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Liferaft Selection Guide

Liferafts are essential safety equipment for yachts making a coastal, offshore, or ocean passage.

The range of liferafts available on the market can make it challenging to choose the right one.
Regulations can help guide the way, but there may be better options than the statutory minimum.

Liferaft History

History gives us a helpful insight into the development of the modern liferaft range.
The ill-fated maiden voyage of the Titanic in 1912 highlighted the need to provide adequate lifeboats on board.
By 1914, the Safety Of Life At Sea (SOLAS) treaty had been created, but successive world wars slowed the development of the treaty.
In 1960 the International Maritime Organisation (IMO) developed the first international SOLAS convention, which came into force in 1965.
The notable 1974 version improved the IMO’s ability to update the treaty and move swiftly to make improvements.
The 1979 Fastnet Race tragedy highlighted the need to develop the leisure industry regulations further.
As a result, liferafts became mandatory for all offshore racing yachts regardless of length.
The final tragedy to shape the development of the modern Liferaft occurred in 1998 with the Sydney to Hobart race.
Many liferafts deployed during the infamous storm could not withstand the conditions and failed.


ISO standard

ISO is an acronym for the International Organisation for Standardisation

The ISO standard is a strict set of guidelines designed to ensure they attain a minimum level of performance.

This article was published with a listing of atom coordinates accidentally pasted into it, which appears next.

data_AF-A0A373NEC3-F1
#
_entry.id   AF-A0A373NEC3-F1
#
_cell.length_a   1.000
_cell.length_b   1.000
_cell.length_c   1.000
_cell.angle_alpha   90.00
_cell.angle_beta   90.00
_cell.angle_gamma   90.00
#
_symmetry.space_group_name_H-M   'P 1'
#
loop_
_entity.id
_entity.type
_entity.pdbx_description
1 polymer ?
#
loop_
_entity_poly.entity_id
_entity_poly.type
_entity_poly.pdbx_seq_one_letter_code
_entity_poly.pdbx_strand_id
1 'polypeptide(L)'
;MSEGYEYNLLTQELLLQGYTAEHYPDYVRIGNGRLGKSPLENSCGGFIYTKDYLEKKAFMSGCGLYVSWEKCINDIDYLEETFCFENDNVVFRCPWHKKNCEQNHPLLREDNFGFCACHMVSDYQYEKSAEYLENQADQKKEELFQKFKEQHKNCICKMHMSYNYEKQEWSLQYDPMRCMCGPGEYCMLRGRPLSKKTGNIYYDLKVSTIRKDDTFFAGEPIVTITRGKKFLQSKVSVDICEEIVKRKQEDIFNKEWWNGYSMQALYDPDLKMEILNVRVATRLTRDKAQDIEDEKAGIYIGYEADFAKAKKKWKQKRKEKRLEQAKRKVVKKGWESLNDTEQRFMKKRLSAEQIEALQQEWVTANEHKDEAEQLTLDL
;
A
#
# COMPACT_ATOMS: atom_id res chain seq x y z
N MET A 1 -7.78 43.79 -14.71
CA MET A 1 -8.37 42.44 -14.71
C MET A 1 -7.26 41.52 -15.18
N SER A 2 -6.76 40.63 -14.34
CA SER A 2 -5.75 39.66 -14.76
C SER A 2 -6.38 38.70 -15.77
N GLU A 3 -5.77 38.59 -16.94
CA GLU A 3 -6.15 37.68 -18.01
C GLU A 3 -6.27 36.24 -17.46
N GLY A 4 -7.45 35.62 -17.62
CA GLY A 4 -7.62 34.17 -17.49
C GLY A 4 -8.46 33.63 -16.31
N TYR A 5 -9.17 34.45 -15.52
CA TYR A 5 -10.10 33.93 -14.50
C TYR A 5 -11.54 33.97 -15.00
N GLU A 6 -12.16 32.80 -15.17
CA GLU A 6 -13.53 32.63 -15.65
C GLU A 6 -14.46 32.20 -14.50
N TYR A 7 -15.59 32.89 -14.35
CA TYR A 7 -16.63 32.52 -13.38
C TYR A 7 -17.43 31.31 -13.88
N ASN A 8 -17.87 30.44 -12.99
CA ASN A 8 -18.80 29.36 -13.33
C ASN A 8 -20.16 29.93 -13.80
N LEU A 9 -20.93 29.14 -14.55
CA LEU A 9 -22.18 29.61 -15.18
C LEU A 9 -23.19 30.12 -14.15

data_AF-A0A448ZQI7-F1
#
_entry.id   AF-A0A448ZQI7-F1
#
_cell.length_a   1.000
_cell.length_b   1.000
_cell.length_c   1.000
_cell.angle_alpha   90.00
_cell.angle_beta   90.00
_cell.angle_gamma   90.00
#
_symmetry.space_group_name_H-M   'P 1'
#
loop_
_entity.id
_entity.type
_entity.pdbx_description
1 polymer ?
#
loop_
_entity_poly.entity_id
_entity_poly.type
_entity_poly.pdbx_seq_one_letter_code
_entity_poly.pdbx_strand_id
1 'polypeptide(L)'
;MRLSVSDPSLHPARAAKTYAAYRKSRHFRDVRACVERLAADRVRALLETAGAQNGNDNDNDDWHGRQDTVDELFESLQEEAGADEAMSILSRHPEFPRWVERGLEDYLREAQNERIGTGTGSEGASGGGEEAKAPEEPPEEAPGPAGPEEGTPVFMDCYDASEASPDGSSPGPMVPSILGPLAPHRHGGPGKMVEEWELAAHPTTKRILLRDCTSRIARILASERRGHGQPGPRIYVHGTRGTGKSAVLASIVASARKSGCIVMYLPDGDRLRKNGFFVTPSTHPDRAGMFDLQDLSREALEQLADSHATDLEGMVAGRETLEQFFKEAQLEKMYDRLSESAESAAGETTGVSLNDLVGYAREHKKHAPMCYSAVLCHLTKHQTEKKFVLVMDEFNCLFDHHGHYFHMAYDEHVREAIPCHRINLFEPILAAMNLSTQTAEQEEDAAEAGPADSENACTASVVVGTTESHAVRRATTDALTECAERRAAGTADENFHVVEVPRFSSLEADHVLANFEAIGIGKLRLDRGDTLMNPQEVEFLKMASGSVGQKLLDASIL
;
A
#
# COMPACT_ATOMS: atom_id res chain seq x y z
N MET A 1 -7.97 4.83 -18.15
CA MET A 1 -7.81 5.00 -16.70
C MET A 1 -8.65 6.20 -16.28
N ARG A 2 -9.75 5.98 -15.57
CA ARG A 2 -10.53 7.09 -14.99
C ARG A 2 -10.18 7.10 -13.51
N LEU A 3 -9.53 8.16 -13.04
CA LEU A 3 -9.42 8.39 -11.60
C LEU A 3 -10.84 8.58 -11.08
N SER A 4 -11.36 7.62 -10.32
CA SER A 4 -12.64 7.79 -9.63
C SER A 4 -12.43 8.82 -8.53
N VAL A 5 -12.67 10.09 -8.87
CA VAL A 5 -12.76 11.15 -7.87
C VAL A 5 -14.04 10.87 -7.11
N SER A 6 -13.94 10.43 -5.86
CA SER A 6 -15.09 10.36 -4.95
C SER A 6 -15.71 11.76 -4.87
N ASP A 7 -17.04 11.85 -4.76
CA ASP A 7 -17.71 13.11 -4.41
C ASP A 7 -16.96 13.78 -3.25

With the ISO standard established, current regulations dictate that:

In addition to the statutory requirements of leisure vessels listed above, yachts of all lengths taking part in offshore racing are also subject to further race regulations.

Yachts that wish to participate in Offshore Racing or Organised Rallies will almost certainly need to comply with the WORLD SAILING OFFSHORE SPECIAL REGULATIONS.

The World Cruising Club is well known for organising a series of Offshore and Ocean Rallies, most prominently the ARC (Atlantic Cruising Rally) and if you are participating you will need to comply with their rules: WORLD CRUISING CLUB SAFETY EQUIPMENT REGULATIONS

These regulations usually stipulate additional minimal contents to be packed within the raft.
This has led to ISO liferafts being listed as appropriate for rescue after or within 24 hours.

Liferafts packed for rescue after 24 hours have more food and water rations, pyrotechnics, medical supplies, informational cards, and a general kit.
Models packed with contents for rescue within 24 hours can often be supplemented with SOLAS B or A packs to allow them to conform.
SOLAS A packs have a slightly more comprehensive kit list but are usually only required for commercial yachting.

Refer to the rules issued by your race organisers to determine the required specifications for your race.
However, the minimum specification required by race regulations or statutory law should not deter you from seeking a higher-specified product.
Current regulations do not require leisure yachts under 45 feet to carry a liferaft.
However, carrying a standard offshore liferaft from a recognised manufacturer means you will exceed the requirements required by the MCA code of practice.

Offshore liferafts do not have to meet a specific standard, so please be sure to take advice and compare the rafts before making your choice.

Under 45 feet:

Over 45 feet:

Charter Vessel, any length:

Offshore Racing:

If you are unsure which liferaft is most suitable, we can help you choose.

Jimmy Green Marine can supply any liferaft from the Seago range.

Export to marinas all over the world is available to service your needs

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